Archive | May, 2012


19 May

By Javas Bigambo

Javas Bigambo is a consultant at Interthoughts Consulting, Nairobi Kenya, where he is an authority in Governance, Political Advisory, Development and Communication.

There is a belief that failure is somehow good – somehow beneficial. If that established maxim has any grain of truth, then I stand on the other side of the divide. The Kenyan government, in many ways, has failed, and there is scarcely anything good about it. Paraconsistent political praxis that favours corruption and corruptible leaders seems to be a desired path for many politicians. Unfortunately, in constitutional reforms being implemented, no progress is being made as the circuitous process of actuating the people’s Constitution is being presided over by the political conservatism agents of the antiquated order. Kenyans, locally and those abroad are being treated to deafening theatrics and political ceremonies laced with the kind of semantic capaciousness in their collaborations and vacuous promises that only self-delusion would find pleasant.
Believing themselves as the most suave, Kenyan politicians, still neck-deep stuck in the traditional stock and trade of tribal jingoism and attendant arithmetic, clanism, non-egalitarianism, and unspectacular eccentricism bordering on collective cannibalism, refuse to look at the new Constitutional age with new lenses. If we elect to lend legitimacy to the style and rhetoric of Kenyan politicians, then in a way the Chomskyan perspective would rope in the general Kenyan electorate and accuse it of complacency and contributory madness. For, it is difficult to entirely blame the politicians for what they do, including astonishing salary increase, without pointing the same finger at the masses that worship them, cheer them on and call them hallowed names like “honourable”.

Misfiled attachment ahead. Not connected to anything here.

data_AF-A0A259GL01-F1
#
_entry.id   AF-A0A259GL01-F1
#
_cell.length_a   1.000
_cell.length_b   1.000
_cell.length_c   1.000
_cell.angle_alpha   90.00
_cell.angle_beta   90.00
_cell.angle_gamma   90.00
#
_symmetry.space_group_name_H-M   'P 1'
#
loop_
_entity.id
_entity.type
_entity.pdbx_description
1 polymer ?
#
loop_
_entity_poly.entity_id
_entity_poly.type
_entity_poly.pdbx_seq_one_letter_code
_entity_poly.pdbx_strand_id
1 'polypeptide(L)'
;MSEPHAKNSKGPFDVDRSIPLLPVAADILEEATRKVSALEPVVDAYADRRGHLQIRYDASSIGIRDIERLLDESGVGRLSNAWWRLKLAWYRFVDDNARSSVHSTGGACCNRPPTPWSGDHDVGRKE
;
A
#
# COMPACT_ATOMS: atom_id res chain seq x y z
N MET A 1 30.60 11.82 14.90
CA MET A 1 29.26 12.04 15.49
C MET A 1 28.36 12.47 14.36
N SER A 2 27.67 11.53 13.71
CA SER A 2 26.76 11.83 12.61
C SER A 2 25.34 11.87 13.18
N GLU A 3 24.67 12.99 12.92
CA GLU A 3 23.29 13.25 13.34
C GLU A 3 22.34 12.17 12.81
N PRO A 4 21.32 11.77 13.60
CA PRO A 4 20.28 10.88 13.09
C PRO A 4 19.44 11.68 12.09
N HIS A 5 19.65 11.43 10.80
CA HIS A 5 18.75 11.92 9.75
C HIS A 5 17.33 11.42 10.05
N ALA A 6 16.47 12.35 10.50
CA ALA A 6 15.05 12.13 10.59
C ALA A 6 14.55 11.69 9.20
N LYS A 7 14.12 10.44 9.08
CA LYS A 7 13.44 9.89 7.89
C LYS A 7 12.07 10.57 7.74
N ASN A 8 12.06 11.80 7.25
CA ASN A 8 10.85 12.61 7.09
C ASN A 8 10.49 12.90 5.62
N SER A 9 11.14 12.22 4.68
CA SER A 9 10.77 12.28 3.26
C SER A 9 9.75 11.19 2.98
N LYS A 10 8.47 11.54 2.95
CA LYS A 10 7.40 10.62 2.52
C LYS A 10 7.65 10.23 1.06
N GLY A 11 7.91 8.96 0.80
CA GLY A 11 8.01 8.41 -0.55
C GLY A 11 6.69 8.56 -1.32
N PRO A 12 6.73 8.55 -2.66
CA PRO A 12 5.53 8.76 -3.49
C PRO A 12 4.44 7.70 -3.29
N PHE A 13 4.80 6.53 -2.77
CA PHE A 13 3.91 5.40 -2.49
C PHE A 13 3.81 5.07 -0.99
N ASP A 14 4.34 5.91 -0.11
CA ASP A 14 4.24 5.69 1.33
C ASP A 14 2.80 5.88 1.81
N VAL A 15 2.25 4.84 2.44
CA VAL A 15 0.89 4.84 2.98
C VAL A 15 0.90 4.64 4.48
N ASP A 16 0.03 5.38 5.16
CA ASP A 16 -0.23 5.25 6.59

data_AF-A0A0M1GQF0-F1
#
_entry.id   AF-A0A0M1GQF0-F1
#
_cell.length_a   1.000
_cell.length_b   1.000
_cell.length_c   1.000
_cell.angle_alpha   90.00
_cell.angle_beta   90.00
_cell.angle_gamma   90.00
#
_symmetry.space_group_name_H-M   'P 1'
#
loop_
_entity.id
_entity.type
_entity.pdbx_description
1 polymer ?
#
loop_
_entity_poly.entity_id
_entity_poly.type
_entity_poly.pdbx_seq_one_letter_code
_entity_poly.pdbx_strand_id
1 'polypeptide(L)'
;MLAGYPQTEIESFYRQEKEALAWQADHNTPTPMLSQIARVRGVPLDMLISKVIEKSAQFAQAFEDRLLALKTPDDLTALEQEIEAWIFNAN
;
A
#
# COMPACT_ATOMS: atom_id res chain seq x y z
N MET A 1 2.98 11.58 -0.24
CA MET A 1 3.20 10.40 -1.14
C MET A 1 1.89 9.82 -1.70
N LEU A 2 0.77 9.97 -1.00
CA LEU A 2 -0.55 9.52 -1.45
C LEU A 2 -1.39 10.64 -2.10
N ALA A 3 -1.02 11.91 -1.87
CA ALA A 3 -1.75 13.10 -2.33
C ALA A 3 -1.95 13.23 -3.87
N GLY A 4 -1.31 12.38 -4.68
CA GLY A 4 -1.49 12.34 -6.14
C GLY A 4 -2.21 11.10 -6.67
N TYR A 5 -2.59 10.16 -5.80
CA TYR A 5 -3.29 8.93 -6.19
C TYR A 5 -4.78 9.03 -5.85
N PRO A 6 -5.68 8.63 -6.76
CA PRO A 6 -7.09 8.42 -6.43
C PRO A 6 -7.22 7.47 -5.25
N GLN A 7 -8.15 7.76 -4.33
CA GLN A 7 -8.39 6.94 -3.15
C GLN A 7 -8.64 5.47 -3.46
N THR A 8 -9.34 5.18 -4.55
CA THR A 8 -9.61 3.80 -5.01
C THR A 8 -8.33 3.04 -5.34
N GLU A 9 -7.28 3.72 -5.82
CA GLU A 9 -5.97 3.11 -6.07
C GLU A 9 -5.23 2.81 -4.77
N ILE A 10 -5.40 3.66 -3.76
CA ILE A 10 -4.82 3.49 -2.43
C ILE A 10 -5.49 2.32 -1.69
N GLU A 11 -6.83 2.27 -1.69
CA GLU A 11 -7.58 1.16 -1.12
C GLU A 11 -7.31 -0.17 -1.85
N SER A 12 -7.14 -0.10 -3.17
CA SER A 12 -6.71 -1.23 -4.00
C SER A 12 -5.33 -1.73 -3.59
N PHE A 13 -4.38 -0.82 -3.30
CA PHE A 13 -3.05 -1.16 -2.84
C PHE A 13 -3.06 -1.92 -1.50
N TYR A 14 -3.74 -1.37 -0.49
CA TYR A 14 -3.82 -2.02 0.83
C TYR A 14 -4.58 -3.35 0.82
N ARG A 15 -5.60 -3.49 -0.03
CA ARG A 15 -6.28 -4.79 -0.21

Even with the blessing and benefit of the Constitution of Kenya 2010, the electorate seems not to have changed tact, and politicians still changing political parties like restaurants. Didn’t the Constitution bring enlightenment with it? Immanuel Kant, ‘‘What Is Enlightenment?’’ in What Is Enlightenment? Eighteenth- Century Answers and Twentieth-Century Questions, reflects on this question and seems to have had a dream about the Kenyan situation.

Kenyans should choose to benefit from history. There is a singular ignoring of the history of development of the post-agrarian and nigh modernist African and Western intelligentsia and its genuine involvement with the Left. Today, Kenya has no political party with any sound political ideology. For how long will it remain hooked to matters euphoria? Kenya is in the middle-of-the-road reform crisis. What with a legislature that strives to water down pieces of legislation, unfathomable absenteeism in parliamentary proceedings, scandals upon scandals, cronyism in constitutional appointments, and a devolved system of government that is not well understood by majority of the masses.

At the advent of the NARC government, Kenyans rose up to a distinguished degree of hope and heightened dreams. It never took long before those historic hopes and dreams were painfully truncated by the filth and rot in the Kibaki administration characterized by corruption, self-aggrandizement, elitist interests, tribalism, nepotism and political back stabbing. Key fundamental institutions played major roles in sinking the country into the post-election violence that characterized the 2007 election malaise. In the new age, the media should rise up to great heights and shape the political discourse, even if it means lack of coverage for such politicians that pass for war mongers.

There is need to set up clear democratic spaces that would serve as mechanisms to focus and educate the electorate on increased strategic socio-political, economic and even religious inter-relationships for justice, peace, reconciliation and development in election processes . Inter-ethnic tensions have long been known to form in the electioneering periods in Kenya, Uganda, and recently in Sudan.